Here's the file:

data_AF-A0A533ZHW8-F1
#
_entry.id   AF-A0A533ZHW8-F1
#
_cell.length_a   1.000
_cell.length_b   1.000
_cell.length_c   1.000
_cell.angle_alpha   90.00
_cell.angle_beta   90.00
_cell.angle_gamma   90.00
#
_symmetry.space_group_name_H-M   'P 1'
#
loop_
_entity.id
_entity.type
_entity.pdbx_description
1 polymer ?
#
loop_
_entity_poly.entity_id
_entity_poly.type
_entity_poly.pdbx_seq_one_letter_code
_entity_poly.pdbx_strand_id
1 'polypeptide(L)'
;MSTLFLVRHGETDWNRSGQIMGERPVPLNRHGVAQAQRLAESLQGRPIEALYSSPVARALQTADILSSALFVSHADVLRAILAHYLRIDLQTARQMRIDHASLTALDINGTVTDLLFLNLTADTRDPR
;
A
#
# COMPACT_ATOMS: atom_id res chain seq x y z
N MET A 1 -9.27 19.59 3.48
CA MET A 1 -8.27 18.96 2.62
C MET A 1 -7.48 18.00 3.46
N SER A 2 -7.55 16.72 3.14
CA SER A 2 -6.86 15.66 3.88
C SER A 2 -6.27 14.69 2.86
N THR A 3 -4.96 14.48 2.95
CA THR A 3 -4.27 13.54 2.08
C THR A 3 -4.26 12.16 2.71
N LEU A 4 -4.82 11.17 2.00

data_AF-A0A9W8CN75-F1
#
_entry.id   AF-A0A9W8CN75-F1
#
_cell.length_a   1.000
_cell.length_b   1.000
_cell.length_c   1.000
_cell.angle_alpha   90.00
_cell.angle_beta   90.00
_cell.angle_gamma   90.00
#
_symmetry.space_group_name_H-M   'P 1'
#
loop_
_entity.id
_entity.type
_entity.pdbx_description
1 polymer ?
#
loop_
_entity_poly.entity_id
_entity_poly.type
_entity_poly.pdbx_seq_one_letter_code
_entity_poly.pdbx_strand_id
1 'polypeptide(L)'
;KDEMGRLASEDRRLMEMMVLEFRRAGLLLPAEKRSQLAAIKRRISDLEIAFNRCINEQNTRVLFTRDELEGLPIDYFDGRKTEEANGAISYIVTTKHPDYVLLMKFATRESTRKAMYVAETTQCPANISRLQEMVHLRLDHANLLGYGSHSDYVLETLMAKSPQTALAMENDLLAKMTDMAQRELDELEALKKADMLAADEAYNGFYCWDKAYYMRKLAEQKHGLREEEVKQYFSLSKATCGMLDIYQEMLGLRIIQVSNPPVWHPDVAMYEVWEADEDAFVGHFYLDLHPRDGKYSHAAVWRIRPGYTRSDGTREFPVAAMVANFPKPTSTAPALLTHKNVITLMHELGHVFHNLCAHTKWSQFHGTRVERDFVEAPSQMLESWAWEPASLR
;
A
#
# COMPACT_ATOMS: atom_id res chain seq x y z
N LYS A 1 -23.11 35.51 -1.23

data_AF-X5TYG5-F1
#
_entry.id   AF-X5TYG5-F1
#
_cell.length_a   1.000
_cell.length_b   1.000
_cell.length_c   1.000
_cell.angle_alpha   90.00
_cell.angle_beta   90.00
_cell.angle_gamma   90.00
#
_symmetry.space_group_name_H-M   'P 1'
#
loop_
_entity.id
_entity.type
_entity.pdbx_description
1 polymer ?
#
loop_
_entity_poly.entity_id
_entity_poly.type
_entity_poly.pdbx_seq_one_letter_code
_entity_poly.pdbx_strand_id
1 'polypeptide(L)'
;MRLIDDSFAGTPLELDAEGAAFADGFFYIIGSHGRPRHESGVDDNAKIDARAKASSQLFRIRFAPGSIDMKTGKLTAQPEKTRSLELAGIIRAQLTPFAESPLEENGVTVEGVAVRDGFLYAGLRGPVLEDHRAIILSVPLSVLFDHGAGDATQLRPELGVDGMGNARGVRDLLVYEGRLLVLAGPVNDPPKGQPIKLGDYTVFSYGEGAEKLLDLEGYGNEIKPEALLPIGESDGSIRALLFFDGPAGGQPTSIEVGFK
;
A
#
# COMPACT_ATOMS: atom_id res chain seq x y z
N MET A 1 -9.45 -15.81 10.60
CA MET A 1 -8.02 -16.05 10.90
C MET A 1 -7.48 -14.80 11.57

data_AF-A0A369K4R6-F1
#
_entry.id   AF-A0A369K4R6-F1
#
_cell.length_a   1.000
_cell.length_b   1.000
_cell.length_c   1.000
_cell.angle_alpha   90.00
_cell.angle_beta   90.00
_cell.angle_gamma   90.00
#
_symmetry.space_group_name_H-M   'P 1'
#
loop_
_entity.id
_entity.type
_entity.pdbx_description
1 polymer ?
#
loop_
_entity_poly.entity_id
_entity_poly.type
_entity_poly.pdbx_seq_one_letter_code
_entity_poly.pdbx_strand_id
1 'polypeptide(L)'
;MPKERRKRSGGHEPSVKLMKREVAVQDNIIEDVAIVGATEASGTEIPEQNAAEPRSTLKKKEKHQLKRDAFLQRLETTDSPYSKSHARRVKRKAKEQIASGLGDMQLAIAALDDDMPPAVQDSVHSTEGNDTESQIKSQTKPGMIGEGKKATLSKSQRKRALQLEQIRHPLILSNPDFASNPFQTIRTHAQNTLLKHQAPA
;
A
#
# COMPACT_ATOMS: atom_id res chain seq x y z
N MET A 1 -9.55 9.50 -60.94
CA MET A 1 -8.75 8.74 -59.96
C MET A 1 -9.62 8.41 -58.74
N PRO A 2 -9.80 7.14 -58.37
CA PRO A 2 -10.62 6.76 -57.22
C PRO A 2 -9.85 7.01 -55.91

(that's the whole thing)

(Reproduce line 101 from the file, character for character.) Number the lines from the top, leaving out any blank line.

# COMPACT_ATOMS: atom_id res chain seq x y z